- Though not a catch phrase, there's the Dope Slap that Gibbs uses on NCIS. During a series of flashbacks in "Hiatus", it's revealed that he got it from his former boss, Mike Franks. That, and Rule #6: "Never say you're sorry. It's a sign of weakness."
- The Seinfeld episode "The Betrayal" runs its scenes in reverse-chronological order and has George saying "you can stuff your sorries in a sack" a lot. The end of the episode reveals Susan saying it to him two years before the events of the episode back when she was still alive.
- In the Fraggle Rock episode "Mokey, Then and Now", Mokey travels back in time to when Fraggles were bald, had leaders and never laughed. She coins the phrase "Dance your cares away", which is instantly adopted as the motto for a new era in Fraggle history.
- In Tales of Symphonia: Dawn of the New World, Emil has a flashback to when Richter says, "Courage is the magic that turns dreams into reality." It then becomes Emil's own catchphrase.
- Note that the player sees when Richter says this in the first place. And then when we see the flashback... again and again and...
- "The only time a lawyer can cry is when it's all over." The origins of this repeated line are shown in the fourth case of Trials and Tribulations.
- Dual Destinies shows the origins of Apollo Justice's catchphrase "I'm fine!" He actually shared it with his best friend from school, and they would say it to eachother when their spirits were low.
- Axel is known far and wide for his catchphrase — "Got it memorized?" — almost always used after introducing himself. In the recent prequel, though, we see just where it came from. As a child, he decided that he'd be metaphorically immortal if everyone remembers him always.
- "After all... isn't that what a gentleman does?" "Luckily for me, every puzzle... has an answer."
- The Overwatch comic "Uprising" shows Tracer (Lena Oxton)'s first mission as a member of Overwatch. When she meets Torbjörn, he sarcastically greets her with "Looks like the cavalry's here". When Tracer became renowned herself, her catchphrase was "Cheers, love! The cavalry's here!"
Cadet Oxton : ...the cavalry's here... not bad... not half bad.
- "Memory is the key." in Red vs. Blue. So much that Caboose lampshades this ("Aren't we done with this already?")
- The Order of the Stick's Big Bad, Xykon, adopted his name as a teenager after meeting a thinly-veiled parody of Professor Charles Xavier from the X-Men (called the S-Men, because it's a team of sorcerers), specifically because he thinks names that start with "X" sound cooler.
- Also, Haley's distaste for her lime green Boots of Speed (mentioned several times throughout the strip) is shown to be the result of Crystal mocking them on their first meeting.
- Beetlejuice: "There comes a time, Babes, when you do things you've never done. When you say things you've never said. And so, for the first time ever, I said those magic words: 'It's SHOWTIME!'"
- In Phineas and Ferb, Harmless Villain Dr. Doofenshmirtz often expresses the intention to take over "the entire Tri-State Area!" The episode "What Do It Do?" shows us a flashback to a date he went on in high school with the future Linda Flynn, and when he tells her he plans to take over the world, she suggests that he start small.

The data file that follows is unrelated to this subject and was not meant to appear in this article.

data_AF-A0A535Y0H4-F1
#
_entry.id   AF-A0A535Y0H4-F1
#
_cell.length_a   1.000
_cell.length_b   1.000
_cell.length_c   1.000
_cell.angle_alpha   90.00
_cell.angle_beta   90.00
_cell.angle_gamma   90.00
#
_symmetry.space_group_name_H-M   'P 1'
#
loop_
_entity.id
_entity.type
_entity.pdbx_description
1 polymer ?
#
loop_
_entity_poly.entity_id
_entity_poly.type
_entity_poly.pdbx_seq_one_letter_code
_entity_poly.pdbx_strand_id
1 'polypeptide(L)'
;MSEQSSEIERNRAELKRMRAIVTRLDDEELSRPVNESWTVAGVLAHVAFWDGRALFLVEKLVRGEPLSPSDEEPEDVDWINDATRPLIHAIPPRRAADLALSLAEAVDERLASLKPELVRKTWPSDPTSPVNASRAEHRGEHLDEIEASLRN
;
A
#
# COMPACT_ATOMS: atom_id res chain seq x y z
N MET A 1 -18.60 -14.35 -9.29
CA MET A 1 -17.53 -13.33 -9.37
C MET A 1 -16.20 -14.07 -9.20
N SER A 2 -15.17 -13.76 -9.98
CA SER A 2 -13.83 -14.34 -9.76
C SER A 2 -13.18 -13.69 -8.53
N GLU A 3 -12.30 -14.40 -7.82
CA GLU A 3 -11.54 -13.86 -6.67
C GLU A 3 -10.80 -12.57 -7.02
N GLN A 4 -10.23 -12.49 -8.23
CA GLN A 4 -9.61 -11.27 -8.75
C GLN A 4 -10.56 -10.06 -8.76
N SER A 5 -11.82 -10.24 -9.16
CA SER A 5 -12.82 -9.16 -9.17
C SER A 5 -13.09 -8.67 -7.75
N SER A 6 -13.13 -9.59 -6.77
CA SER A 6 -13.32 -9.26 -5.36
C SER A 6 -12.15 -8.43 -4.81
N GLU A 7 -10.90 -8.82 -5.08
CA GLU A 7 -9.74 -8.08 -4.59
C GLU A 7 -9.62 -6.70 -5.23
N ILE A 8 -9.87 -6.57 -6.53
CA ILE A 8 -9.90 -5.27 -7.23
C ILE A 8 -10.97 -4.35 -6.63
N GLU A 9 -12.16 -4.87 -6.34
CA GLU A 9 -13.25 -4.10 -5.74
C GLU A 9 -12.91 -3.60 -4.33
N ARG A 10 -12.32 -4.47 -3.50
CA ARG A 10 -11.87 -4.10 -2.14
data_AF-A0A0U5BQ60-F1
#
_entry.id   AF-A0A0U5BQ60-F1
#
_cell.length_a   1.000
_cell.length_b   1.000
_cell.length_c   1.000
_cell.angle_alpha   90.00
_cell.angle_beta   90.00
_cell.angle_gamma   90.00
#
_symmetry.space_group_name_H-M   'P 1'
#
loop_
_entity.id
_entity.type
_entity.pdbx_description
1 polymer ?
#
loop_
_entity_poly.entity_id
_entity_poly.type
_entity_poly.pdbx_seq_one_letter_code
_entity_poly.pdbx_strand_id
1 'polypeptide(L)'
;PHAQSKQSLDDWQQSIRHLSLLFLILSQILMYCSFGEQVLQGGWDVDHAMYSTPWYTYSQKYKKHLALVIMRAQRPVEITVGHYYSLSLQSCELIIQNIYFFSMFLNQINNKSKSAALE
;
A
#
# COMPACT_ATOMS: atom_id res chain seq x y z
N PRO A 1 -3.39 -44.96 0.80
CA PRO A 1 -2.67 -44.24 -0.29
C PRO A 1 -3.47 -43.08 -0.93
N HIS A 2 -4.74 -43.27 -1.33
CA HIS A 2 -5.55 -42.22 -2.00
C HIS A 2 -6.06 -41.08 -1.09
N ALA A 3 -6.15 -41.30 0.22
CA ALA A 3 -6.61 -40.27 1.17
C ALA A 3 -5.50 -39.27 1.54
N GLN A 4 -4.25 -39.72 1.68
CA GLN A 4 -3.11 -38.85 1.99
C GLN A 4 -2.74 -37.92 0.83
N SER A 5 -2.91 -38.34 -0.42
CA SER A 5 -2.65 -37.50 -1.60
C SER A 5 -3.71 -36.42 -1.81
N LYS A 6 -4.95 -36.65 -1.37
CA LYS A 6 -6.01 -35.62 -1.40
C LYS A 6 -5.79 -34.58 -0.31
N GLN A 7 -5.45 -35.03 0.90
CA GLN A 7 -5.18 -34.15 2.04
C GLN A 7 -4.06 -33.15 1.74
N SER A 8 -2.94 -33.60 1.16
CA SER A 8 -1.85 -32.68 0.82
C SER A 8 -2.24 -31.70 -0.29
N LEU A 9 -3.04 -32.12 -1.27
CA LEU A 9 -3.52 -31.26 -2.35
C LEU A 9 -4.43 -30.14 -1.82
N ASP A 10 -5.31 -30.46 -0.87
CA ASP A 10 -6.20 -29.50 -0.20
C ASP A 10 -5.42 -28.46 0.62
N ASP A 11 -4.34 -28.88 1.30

- In The Simpsons episode Dangerous Curves Ahead, we get a flashback to one of Homer's many catchphrases: When Homer and Marge are dating, they meet the newly-wed Flanderses for the first time. Homer initially likes Ned, but when they stop at a motel, Neddy says an unmarried couple can't share a room.
Homer: I never thought I'd say this, but, stupid Flanders.
- Another flashback episode has Homer and Marge meet as children, but not realising it because they used pseudonyms. When Marge calls asking for Homer's obviously fake rockstar mashup name, Moe responds with the string of threats for which he has become known. He the turns to the camera and says "And that's the origin of that thing". The same scene also has Patty and Selma decide to start smoking.
- Also in "Lisa's Sax", it shows a five-year old Bart (who sees school as a living nightmare) came to get attention from the other students by acting out. When Principal Skinner came to reprimand him for this he replied "Eat my shorts!"
- In "Lisa's First Word", it is revealed that Barts first word was actually his catchphrase "Ay caramba!"
- In the Whole Episode Flashback of Teen Titans where we finally get to see them meet, ("Go!") Cyborg fires his sonic blaster for the first time.
Cyborg: I'm only going to say this once; booyah.
- And you can't forget that in the same episode it shows why Beast Boy says "dude" and the beginning of Robin's catchphrase.
- The Cleveland Show episode "Mama Drama" showed a flashback of Donna and Auntie Mama showing that Donna was amused when the latter accidentally farted, saying she can be as "outrageous" as she/he wants, which led to Auntie Mama's constant farting and the phrase "I'm outrageous!".
Cleveland: What an origin story.
- Tyler the Cute Biker from Gravity Falls has the catchphrase "Get 'im, get 'im!", commonly used to cheer on people during a fight. Then in "A Tale of Two Stans", we see Tyler as an infant in a stroller being pushed past the building which would become the Mystery Shack. As bright lights and loud noises flash from the building, his mother pushed him away while shouting "Get out, get out!"
- The Venture Bros. establishes "Go Team Venture" as the catch phrase of contemporary Hank and Dean Venture. However, in "Past Tense" we learn that it was inherited from the original Team Venture that were the comrades of their grandfather Jonas. Unlike Hank and Dean's own invocations, when reunited Team Venture say the phrase it causes epic theme music to play and a fancy logo to be superimposed over the screen.
Hank: Now that's how it's done!
- In The Amazing World of Gumball episode "The Origins", we see when Darwin started calling his parents "Mr. Dad" and "Mrs. Mom".
Darwin: I know you didn't flush me on purpose Mr. Watterson.Richard: Please son, call me dad.Darwin: OK, Mr. Dad.